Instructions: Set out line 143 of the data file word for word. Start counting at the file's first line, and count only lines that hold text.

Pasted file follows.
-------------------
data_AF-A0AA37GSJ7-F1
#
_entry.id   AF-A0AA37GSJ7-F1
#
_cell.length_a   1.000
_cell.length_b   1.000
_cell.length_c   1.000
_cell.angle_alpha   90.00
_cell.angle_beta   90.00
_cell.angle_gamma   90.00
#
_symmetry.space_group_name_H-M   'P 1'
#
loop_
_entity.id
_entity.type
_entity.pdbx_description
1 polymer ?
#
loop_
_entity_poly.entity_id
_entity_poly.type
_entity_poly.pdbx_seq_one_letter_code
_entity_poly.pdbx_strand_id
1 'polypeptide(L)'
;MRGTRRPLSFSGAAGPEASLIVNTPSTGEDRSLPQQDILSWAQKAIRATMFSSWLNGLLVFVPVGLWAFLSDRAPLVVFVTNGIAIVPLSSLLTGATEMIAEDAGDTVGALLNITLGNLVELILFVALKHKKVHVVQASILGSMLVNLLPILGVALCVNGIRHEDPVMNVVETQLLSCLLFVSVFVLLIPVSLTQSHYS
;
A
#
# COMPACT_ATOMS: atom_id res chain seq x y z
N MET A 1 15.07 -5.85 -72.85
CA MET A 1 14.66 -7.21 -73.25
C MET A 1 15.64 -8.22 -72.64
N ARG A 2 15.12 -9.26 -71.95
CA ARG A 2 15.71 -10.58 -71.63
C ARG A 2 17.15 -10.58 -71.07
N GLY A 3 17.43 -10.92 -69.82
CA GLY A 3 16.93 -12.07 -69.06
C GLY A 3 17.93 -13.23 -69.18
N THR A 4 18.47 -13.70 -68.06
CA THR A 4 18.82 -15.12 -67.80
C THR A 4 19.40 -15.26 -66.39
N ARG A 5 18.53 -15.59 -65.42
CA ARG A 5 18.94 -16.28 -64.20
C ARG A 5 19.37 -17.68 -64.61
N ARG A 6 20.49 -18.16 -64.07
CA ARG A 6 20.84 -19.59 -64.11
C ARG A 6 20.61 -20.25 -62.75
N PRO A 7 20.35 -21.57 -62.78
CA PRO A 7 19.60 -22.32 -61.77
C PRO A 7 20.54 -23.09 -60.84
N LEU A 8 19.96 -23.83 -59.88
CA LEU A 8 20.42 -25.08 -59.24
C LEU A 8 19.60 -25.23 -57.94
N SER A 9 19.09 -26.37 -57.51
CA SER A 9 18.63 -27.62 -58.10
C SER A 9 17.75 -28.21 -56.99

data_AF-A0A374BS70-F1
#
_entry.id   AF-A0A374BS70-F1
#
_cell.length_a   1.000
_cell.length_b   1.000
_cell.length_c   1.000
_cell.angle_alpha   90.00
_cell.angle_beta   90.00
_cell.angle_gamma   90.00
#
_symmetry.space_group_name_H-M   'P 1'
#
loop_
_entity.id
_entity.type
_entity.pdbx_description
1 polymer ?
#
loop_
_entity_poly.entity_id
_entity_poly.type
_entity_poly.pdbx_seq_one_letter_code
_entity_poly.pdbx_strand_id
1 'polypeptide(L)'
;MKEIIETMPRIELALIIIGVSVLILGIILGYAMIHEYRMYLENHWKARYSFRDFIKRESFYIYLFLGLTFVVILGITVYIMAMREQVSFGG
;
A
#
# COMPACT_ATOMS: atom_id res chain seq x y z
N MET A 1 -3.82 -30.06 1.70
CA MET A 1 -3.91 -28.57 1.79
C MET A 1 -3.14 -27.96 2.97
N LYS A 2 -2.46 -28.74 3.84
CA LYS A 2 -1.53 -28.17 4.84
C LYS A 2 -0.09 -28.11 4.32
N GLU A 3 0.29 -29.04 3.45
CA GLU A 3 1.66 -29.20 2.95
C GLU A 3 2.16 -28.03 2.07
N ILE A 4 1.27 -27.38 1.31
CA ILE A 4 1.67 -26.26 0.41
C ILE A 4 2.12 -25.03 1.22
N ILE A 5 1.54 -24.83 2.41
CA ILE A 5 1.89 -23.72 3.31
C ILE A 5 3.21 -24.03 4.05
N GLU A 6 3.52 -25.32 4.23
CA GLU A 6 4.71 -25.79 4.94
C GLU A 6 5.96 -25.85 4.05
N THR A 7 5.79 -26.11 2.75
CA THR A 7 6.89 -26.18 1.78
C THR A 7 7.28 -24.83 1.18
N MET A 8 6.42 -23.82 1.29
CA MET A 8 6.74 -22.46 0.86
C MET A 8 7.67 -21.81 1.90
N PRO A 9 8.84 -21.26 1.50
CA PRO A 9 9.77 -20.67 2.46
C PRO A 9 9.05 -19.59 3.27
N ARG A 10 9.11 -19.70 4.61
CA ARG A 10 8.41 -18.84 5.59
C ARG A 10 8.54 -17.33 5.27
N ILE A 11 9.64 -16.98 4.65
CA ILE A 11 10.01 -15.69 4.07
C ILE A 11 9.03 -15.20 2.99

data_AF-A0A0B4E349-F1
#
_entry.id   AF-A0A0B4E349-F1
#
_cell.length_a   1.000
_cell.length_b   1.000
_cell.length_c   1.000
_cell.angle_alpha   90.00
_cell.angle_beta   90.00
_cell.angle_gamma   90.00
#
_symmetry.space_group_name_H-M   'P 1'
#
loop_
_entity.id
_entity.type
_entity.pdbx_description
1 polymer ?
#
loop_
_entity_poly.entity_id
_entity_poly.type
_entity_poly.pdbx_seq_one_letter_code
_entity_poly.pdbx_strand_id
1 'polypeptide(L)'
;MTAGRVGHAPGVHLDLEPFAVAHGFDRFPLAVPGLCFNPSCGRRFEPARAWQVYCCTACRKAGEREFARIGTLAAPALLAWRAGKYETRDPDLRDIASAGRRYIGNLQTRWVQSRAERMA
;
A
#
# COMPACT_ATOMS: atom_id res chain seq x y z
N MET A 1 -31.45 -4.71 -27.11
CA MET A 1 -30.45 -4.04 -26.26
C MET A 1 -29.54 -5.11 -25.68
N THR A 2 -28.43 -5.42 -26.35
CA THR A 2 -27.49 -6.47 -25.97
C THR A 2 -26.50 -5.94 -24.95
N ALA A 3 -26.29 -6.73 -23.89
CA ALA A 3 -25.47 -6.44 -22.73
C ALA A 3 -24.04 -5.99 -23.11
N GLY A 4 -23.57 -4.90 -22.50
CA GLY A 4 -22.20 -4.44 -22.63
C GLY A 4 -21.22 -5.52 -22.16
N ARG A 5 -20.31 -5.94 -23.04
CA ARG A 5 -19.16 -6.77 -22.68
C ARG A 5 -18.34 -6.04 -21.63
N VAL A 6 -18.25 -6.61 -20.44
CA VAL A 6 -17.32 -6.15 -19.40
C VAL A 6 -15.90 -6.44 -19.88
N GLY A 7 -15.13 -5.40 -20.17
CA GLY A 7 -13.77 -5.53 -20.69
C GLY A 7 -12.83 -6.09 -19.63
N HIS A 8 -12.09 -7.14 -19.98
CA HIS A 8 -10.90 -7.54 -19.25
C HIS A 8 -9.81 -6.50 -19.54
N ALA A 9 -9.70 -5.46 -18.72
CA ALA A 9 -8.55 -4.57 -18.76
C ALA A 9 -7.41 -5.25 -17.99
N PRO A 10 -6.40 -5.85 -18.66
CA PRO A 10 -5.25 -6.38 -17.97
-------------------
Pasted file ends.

_entity_poly.pdbx_seq_one_letter_code